Make sure you include all deductible costs such as insurance and maintenance. This will result in an assessment of how much you owe (or are owed) for the previous year. To get an idea of how much this will be and to help you budget, you can use a self-employment income tax calculator.

Those who are employed and taxed at source are not required to do a tax return unless they have changed jobs during the year or earned an additional self-employed income.

Although employed individuals are not required to do a tax return, it might just be in your interest to do one. If you have not been in Germany for a full tax year, for example, you may be entitled to a tax refund. However, this process can be complicated and time-consuming. To avoid those issues and make it easier for you to do your tax declaration, you can check Wundertax. The fintech helps students and expats working in Germany to submit their income tax declarations online.



How to pay less taxes

  1. Tax declaration

    Self-employed people are expected to file an annual tax declaration. For help you should go to a "Steuerberater".

  2. Tax refund

    Although employed individuals are not required to do a tax return, sometimes it is wise to do one: If you have not been in Germany for a full tax year you may be entitled to a tax refund.

  3. Deadline

    The deadline for submitting the tax return is the 31st May. The tax year in Germany runs parallel with the calendar year.

Tax advisor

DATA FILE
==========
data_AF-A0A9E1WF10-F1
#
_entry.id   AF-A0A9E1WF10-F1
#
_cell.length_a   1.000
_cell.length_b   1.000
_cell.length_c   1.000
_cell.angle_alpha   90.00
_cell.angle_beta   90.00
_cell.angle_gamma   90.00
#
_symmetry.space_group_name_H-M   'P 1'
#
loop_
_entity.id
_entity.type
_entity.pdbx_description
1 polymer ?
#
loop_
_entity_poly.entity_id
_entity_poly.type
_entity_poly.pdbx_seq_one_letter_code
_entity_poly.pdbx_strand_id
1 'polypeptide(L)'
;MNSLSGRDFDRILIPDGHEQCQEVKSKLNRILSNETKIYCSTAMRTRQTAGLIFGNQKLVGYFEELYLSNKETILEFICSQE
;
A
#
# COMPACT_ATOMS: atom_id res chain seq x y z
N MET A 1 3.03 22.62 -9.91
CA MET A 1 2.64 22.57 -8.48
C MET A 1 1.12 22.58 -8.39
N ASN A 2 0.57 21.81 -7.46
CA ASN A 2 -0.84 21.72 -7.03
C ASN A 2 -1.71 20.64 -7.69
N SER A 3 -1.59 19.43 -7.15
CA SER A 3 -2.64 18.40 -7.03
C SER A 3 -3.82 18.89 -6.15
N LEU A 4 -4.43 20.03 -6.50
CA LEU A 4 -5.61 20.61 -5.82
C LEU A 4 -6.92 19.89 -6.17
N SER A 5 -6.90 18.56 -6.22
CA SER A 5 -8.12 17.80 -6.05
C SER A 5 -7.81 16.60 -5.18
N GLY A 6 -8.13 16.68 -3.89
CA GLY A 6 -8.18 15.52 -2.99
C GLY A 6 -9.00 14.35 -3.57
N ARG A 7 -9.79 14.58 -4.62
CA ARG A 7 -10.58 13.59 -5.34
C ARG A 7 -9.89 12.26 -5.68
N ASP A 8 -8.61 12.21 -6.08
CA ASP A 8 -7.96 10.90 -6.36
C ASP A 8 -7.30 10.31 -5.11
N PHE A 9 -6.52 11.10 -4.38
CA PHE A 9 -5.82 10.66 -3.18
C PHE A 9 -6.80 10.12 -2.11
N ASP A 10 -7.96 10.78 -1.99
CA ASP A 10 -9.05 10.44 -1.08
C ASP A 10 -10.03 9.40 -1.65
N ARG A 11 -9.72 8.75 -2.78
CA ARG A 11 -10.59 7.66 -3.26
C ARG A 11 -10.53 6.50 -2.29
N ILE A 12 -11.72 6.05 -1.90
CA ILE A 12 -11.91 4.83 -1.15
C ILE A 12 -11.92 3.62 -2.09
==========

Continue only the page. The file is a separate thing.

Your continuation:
It is highly advisable to use the services of a tax advisor or "Steuerberater" to file your tax return and even just to calculate estimates for what you do or will owe as a freelancer in Germany.


Other taxes

As well as income tax and social security contributions, there are several other significant taxes in Germany that you should be aware of, including solidarity tax, church tax, and VAT.

What is church tax in Germany?

Church tax (Kirchensteuer) is paid by every registered member of a Christian or Jewish congregation. It is typically collected at source from your gross wage, along with income tax and social security contributions. Church tax is charged at 8-9% of your gross salary.

What is Solidarity Tax in Germany?

In addition to income tax, everyone who earns above €972 pays a Solidarity Tax (Solidaritätszuschlag) contribution of up to 5.5%, which again is removed at source from your wages. This tax was introduced in 1991 to rebuild and invest in Eastern Germany after reunification. It is still in place to help finance the ongoing costs associated with a unified Germany.

How much is VAT in Germany?

Value Added Tax, or VAT, (Mehrwertsteuer) is charged on all luxury or non-essential items and services in Germany. The current rate for standard VAT stands at 19%. Some items such as books and flowers have a reduced VAT rate of 7%.


Seconded employees in Germany

What should I consider when working as a seconded employee?

Many people who move to Germany do so for work because they are seconded, either at their own request or that of their employer. Anyone who is seconded continues to be employed by the same company, which means seconded employees remain on the payroll of their home country and will continue to pay tax at home.

They therefore do not need to pay tax in Germany. Those who are paid by their employer in the country where they pay tax are also not obliged to make social security contributions in Germany. This goes for all EEA countries, but many other countries have similar bilateral agreements with Germany, too. This secondment rule typically applies to secondments of up to two years, although it is possible for this to be the case for up to five years.

Private health insurance

Seconded employees in Germany are advised to take out private health insurance, although EU citizens will be able to access some basic medical care with their EHIC - Electronic Health Insurance Card.